Basically, in the imaging world, more megapixels equal more signal-noise ratio. The noise in these photos kind of overbear the amount of light that is received in photos if other components of the camera don’t match up, so HTC opted for a lower megapixel to help improve the lighting. As I said before, we’ve been brought up with these smartphones under the impression that higher megapixels mean better photos, and so far, from what I can see, that’s held mostly true. I’ll just have to wait and see how the explanation actually holds up. One of the things that recently sparked my interest in the Nokia Lumia 920 is its ability to take quality pictures in low-lit environments, so perhaps that aspect is more important that I originally thought it was. I would be lying if I said I wasn’t a little wary on how good the pictures will actually turn out though.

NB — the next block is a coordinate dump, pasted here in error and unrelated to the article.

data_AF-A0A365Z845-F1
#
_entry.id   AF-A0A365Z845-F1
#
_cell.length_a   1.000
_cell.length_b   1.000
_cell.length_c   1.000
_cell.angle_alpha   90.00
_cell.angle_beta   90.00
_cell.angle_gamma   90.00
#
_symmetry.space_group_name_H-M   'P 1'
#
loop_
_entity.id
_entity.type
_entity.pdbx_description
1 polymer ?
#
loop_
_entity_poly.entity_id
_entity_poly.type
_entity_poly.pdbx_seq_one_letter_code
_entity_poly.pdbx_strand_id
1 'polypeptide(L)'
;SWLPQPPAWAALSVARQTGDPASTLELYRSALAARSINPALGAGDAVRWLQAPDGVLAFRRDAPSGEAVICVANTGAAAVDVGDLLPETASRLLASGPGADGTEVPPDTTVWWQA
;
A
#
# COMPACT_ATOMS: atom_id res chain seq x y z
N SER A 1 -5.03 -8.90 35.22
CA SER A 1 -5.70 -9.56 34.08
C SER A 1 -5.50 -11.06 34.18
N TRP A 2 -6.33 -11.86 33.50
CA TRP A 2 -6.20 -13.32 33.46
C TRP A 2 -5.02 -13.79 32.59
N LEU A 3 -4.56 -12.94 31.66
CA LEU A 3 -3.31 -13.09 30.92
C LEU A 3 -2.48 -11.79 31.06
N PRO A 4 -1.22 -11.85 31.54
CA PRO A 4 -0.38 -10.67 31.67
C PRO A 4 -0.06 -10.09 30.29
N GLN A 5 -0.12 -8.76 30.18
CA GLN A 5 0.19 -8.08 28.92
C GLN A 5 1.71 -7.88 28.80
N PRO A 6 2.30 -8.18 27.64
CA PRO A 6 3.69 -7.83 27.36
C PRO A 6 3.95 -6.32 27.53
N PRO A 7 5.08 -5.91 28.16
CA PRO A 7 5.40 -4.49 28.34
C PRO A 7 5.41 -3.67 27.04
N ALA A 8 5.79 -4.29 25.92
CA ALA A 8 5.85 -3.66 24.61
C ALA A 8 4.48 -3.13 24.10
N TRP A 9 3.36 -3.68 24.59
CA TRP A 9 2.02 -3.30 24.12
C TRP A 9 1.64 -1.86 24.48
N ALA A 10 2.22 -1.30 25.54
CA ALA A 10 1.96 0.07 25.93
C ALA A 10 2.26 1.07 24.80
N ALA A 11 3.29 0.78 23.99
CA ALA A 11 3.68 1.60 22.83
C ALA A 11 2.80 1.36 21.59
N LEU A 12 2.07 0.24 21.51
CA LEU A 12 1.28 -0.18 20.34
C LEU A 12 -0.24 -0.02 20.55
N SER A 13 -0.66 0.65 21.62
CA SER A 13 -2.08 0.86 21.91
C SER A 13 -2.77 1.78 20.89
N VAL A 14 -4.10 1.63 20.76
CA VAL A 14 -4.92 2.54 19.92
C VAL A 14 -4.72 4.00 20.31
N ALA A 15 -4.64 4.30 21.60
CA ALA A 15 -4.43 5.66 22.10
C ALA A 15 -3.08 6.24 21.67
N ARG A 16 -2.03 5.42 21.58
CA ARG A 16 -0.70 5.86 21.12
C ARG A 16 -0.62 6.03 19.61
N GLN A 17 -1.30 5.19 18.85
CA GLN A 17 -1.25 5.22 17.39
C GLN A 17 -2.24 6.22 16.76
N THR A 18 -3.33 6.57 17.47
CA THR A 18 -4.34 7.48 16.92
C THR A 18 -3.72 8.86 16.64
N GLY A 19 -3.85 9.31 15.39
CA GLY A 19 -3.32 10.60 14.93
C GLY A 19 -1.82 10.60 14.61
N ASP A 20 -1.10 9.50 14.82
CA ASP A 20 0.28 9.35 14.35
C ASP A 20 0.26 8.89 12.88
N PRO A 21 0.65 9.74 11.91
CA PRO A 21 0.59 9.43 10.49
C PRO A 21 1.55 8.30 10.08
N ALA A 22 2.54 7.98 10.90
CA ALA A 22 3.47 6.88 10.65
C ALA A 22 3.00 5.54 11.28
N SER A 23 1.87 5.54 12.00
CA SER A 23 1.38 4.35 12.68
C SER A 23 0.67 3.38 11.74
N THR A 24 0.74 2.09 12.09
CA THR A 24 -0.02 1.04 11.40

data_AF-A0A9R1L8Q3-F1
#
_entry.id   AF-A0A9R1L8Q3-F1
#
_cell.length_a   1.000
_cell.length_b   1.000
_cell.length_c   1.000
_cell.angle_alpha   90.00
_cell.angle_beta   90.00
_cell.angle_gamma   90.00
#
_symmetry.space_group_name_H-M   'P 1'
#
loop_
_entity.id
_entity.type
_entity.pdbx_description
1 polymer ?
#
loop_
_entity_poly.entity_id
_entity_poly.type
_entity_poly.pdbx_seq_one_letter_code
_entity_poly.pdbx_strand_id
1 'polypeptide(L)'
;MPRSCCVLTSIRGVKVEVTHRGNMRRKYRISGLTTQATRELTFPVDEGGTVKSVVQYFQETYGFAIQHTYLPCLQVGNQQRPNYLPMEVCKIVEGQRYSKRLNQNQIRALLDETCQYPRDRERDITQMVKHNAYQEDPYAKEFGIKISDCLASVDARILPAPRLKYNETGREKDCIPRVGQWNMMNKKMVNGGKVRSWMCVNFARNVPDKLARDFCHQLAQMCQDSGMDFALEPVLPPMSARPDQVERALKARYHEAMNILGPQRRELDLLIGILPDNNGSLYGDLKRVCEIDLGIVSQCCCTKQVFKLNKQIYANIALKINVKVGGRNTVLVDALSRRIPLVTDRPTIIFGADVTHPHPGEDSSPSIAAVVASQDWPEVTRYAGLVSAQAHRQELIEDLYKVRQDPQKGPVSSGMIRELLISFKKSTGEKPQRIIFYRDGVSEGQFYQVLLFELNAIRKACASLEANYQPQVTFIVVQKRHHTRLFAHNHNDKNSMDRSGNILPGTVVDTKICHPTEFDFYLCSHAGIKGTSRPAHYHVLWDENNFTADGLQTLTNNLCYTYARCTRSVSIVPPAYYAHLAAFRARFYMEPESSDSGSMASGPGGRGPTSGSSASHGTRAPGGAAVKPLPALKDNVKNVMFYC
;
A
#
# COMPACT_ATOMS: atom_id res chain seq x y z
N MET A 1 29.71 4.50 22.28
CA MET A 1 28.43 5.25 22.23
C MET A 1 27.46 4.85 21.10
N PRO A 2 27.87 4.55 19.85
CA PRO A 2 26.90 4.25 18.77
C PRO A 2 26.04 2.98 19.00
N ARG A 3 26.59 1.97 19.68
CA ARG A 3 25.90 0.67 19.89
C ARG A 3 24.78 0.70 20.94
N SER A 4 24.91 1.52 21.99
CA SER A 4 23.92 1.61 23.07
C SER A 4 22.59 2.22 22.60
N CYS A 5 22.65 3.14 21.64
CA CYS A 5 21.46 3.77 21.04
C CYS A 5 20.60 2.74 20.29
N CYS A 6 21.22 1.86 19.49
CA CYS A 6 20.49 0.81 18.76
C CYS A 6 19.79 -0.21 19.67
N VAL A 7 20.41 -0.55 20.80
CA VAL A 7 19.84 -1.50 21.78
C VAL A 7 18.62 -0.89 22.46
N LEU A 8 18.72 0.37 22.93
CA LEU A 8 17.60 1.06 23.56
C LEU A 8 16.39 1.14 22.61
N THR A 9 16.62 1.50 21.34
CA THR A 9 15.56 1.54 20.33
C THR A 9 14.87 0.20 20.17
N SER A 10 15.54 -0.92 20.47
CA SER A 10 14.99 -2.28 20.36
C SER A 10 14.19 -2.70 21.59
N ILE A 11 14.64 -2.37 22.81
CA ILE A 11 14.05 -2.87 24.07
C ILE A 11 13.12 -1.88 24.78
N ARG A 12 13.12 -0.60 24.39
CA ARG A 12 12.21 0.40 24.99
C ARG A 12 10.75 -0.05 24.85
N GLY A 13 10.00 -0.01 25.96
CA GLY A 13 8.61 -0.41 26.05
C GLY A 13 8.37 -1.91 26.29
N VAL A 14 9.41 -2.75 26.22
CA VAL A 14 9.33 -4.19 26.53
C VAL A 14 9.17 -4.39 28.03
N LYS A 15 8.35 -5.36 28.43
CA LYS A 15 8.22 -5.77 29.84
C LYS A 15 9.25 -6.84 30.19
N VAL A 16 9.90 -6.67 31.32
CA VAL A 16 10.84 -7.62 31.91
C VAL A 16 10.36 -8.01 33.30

Other notable features of the HTC One include the dual front-facing speakers on the device and of course HTC Zoe, which is supposed to kind of revolutionize how we view our photo gallery and incorporate snippets of recordings in there and in a sense bring the gallery “to life”.
Overall, I am really excited about the HTC One. As long as they can prove that higher megapixels isn’t always what makes an image crisp and clear, I have a good feeling that this device will become one of my favorites this year. Will it be the One phone to rule them all (another bad joke, apparently I’m just full of them today) or will HTC have to do more to sway the consumers away from phones like the Galaxy S IV and the iPhone? Let me know your thoughts in the comments!